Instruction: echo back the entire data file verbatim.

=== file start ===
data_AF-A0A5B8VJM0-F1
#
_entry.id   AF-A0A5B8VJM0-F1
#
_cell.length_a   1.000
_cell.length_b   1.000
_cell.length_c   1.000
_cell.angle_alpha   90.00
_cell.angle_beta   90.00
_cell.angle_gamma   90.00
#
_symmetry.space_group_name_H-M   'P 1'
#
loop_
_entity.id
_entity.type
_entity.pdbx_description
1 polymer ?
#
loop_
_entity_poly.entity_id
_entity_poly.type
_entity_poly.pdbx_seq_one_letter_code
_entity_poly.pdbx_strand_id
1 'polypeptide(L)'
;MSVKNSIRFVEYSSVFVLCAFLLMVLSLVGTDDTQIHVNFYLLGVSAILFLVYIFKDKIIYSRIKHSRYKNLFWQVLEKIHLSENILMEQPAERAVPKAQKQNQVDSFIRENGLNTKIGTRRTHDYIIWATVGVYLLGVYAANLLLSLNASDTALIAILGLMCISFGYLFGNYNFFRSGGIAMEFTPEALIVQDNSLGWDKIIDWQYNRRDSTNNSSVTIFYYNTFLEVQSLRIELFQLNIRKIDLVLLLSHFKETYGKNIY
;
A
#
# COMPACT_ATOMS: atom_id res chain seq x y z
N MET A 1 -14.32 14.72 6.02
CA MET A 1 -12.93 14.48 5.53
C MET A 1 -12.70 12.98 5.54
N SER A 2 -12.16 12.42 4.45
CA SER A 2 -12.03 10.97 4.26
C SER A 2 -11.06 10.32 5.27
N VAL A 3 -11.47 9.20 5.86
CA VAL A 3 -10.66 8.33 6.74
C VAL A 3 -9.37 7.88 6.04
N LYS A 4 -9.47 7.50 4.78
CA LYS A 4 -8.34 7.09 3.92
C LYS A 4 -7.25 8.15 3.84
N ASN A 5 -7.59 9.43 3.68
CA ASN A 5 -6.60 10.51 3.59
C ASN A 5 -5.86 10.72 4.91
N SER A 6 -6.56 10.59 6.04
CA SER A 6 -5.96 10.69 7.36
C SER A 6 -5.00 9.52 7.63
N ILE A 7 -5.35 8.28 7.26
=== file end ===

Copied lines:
data_AF-A0A5B8VJM0-F1
#
_entry.id   AF-A0A5B8VJM0-F1
#
_cell.length_a   1.000
_cell.length_b   1.000
_cell.length_c   1.000
_cell.angle_alpha   90.00
_cell.angle_beta   90.00
_cell.angle_gamma   90.00
#
_symmetry.space_group_name_H-M   'P 1'
#
loop_
_entity.id
_entity.type
_entity.pdbx_description
1 polymer ?
#
loop_
_entity_poly.entity_id
_entity_poly.type
_entity_poly.pdbx_seq_one_letter_code
_entity_poly.pdbx_strand_id
1 'polypeptide(L)'
;MSVKNSIRFVEYSSVFVLCAFLLMVLSLVGTDDTQIHVNFYLLGVSAILFLVYIFKDKIIYSRIKHSRYKNLFWQVLEKIHLSENILMEQPAERAVPKAQKQNQVDSFIRENGLNTKIGTRRTHDYIIWATVGVYLLGVYAANLLLSLNASDTALIAILGLMCISFGYLFGNYNFFRSGGIAMEFTPEALIVQDNSLGWDKIIDWQYNRRDSTNNSSVTIFYYNTFLEVQSLRIELFQLNIRKIDLVLLLSHFKETYGKNIY
;
A
#
# COMPACT_ATOMS: atom_id res chain seq x y z
N MET A 1 -14.32 14.72 6.02
CA MET A 1 -12.93 14.48 5.53
C MET A 1 -12.70 12.98 5.54
N SER A 2 -12.16 12.42 4.45
CA SER A 2 -12.03 10.97 4.26
C SER A 2 -11.06 10.32 5.27
N VAL A 3 -11.47 9.20 5.86
CA VAL A 3 -10.66 8.33 6.74
C VAL A 3 -9.37 7.88 6.04
N LYS A 4 -9.47 7.50 4.78
CA LYS A 4 -8.34 7.09 3.92
C LYS A 4 -7.25 8.15 3.84
N ASN A 5 -7.59 9.43 3.68
CA ASN A 5 -6.60 10.51 3.59
C ASN A 5 -5.86 10.72 4.91
N SER A 6 -6.56 10.59 6.04
CA SER A 6 -5.96 10.69 7.36
C SER A 6 -5.00 9.52 7.63
N ILE A 7 -5.35 8.28 7.26